Remarks by Salwa Khalaf Rasho

Salwa Khalaf Rasho (photo credit: Paul Haring/CNS)

Remarks delivered by Yazidi Community Activist Salwa Khalaf Rasho

June 25, 2018

Ladies and Gentlemen, greetings and peace to you all.

Thank you for giving me this great opportunity to express the magnitude of the tragedy and persecution faced by the Yazidis and other vulnerable communities in Iraq and Syria.

I wish I could talk to you today about a happier subject but we have nothing beautiful  in our lives to discuss, only a black history of the genocides that have plagued us throughout history.

My name is Salwa Khalaf Rasho, and I am a Yazidi girl born in the town of Sinjar, Iraq in 1998. I have been living in Germany for almost three years.

It is very difficult for me to describe the consequences of 74 genocidal campaigns against my community in a matter of minutes, but I will try to talk about a small part of what I have experienced in the hope that it will alert the world to the dangers threatening our very existence as a people.

Do not be surprised when I tell you that our Yezidi community has been subject to 74 genocidal campaigns throughout history.

We are a historically persecuted group, and this has continued into the present day.

The most recent genocide began on the 3rd of August, 2014 when the Islamic State attacked our region in Northern Iraq and committed horrendous atrocities against my people.

They killed thousands of Yezidi men in the most horrific ways. As a result, about 60 mass graves of has been found in my town Sinjar.

More than 6000 women and girls were kidnapped, including me and many of my relatives. We have been subjected to all types of sexual and physical abuse and violence.

We were sold in slave markets. We were objects to be bought and purchased, alongside enduring continuous beatings and torture.

Many Yazidi children have been brainwashed and trained to become part of the terror group.

I myself spent eight months in the grip of the Islamic State, and during this period I was subjected to unthinkable practices.

I finally had the chance to escape from their grip, but other women and girls did not.

More than 3,000 of them are still missing, enduring a fate of daily rape and torture which has constituted their lives for the past four years.

Hundreds of thousands have become displaced in camps and others are now refugees in countries across the globe.

Those who are displaced are exposed to almost daily dangers in basic refugee camps, such as burning tents. Increasing numbers of Yazidis have serious health problems, including psychological issues, and the suicide rate is on the rise.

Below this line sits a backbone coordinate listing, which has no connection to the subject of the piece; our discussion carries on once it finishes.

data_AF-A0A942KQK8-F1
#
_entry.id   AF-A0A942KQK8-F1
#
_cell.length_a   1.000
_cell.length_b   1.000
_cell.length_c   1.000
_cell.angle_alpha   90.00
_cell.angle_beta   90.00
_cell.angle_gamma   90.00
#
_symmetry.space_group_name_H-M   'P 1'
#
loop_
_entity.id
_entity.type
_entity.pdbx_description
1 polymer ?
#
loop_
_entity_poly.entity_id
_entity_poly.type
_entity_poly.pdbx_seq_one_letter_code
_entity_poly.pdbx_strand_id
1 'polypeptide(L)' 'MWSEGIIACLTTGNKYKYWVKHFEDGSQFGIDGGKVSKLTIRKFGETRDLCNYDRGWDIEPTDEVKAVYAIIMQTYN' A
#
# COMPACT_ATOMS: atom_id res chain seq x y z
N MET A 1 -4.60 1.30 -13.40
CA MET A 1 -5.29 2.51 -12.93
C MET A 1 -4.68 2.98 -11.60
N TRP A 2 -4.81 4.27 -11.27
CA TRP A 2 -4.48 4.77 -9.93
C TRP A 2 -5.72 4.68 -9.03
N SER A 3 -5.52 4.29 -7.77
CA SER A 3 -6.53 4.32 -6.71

These are the dire conditions that my community and other minorities are  experiencing in Iraq and Syria, and it is getting worse every day.

When I finish this speech, I am sure that many of you will applaud, pity me and perhaps will cry with me.

You will be sorry for what had happened to me and my community, but I tell you that this will not change the painful reality in which we live.

To change this, we need action on the ground. In order to obtain our rights, we need concrete support from those who believe in humanity and justice.

Today, I appeal to you and ask you for a moment to imagine yourselves in my position, and understand the scale of our suffering and pain.

I call on you to work hard to end this genocide and to end the suffering of the religious minorities in Iraq and Syria through implementing the following points: –

  1. The reconstruction and de-mining of our homeland, and the provision of the necessary services for those who are willing to return to their
  2. Uncovering the fate of more than 3,000 Yezidis still in Islamic state
  3. Taking urgent steps to protect more than 60 mass graves in Sinjar area to preserve the evidence prepared for opening an international investigation into these
  4. Bringing minority areas in Iraq and Syria under international
  5. Aiding the international investigation team set up by the United Nations under UN Security Council Resolution 2379 to investigate Islamic State crimes in
  6. Opening the door for Yazidi refugees and other minorities facing persecution in Iraq and

These steps are the only way of preserving the existence of minorities in the region, especially Yazidi and Christians. If this action is not taken, our existence, identity and culture will be wiped out- fulfilling the aim of the Islamic State.

Thank you so much for listening